We tested the hypothesis that fentanyl would worsen ischemia-induced brain damage. In two sequential protocols forty rats were physiologically monitored and controlled. In protocol 1, rats were randomized (n=10/group) to 30 min of control (N2O plus 0.4% halothane), low dose fentanyl (loading dose [LD] 50 micrograms kg-1, maintenance dose [MD] 2 micrograms kg-1 min-1), or high-dose fentanyl (LD 800 micrograms kg-1, MD 32 micrograms kg-1 min-1). After 15 min of fentanyl or sham infusion trimethaphan 0.5 mg was given i.v. and 3 min later bilateral carotid artery occlusion and blood withdrawal-induced hypotension were maintained for 12 min. At 18 h postischemia rats underwent cerebral perfusion fixation. Brain areas were graded from 0 (normal) to 5. In addition to analysis of specific regions, neuropathologic scores were also summated over all brain regions and analyzed to compute a summed neuropathologic score. In protocol 2, five control and five high-dose fentanyl rats were treated identically except that post-ischemic oxygenation was maintained for 6 h and cerebral perfusion-fixation was performed 6 h post-ischemia. Only the caudate/putamen was examined in protocol 2. Fentanyl worsened lesions in both fentanyl groups' summed neuropathologic scores (P=0.002) in protocol 1 and specifically, in the caudate/putamen (P<0.01) in both protocols. Fentanyl in both high and low doses can exacerbate incomplete forebrain ischemia in rats.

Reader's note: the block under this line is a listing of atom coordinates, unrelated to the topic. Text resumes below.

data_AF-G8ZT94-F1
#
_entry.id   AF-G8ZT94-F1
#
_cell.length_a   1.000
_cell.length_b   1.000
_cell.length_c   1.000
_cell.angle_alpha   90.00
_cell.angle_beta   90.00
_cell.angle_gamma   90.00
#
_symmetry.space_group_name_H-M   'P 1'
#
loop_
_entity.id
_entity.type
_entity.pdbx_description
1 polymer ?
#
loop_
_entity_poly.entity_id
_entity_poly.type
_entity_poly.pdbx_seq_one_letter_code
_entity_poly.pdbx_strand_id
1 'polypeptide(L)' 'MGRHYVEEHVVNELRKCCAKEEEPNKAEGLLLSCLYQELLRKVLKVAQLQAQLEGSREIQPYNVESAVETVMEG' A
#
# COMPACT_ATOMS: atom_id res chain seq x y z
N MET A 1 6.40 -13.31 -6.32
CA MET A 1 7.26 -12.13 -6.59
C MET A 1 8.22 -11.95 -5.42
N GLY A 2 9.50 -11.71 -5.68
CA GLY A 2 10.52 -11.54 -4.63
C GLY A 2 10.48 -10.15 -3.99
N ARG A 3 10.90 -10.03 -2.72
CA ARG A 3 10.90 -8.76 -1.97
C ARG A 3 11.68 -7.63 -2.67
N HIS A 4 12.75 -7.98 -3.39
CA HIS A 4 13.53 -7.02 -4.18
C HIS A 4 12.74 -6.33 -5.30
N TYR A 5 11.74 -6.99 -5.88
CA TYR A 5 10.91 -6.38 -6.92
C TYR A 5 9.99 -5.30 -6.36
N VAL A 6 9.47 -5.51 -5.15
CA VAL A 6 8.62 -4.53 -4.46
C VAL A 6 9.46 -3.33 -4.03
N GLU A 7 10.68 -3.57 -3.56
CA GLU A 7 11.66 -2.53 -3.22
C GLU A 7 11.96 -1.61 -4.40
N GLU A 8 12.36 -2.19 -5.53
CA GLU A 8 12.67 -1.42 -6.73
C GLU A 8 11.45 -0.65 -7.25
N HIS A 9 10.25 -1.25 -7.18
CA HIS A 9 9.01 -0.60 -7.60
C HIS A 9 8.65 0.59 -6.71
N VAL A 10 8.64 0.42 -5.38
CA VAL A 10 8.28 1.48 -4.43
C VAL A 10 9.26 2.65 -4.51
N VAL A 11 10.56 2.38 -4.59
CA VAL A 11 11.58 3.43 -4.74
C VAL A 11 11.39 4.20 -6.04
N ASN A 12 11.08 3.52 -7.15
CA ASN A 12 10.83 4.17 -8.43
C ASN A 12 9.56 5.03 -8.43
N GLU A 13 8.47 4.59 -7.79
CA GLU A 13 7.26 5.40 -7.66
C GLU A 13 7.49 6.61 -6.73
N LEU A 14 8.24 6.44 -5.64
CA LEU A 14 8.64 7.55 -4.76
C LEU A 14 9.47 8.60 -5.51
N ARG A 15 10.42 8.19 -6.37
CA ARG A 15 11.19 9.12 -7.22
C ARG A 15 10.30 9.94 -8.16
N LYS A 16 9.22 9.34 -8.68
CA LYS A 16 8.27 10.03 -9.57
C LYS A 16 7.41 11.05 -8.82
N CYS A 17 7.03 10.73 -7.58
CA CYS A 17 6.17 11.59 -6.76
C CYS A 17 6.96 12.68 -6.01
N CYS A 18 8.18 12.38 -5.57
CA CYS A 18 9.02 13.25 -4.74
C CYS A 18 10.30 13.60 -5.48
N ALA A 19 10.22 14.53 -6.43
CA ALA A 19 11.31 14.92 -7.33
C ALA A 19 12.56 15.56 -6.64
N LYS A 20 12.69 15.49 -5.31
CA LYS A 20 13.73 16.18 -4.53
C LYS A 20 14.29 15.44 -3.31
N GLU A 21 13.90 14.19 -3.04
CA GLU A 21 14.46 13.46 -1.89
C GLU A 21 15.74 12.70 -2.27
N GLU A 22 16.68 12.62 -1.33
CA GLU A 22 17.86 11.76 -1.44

Copyright 1999 Elsevier Science B.V.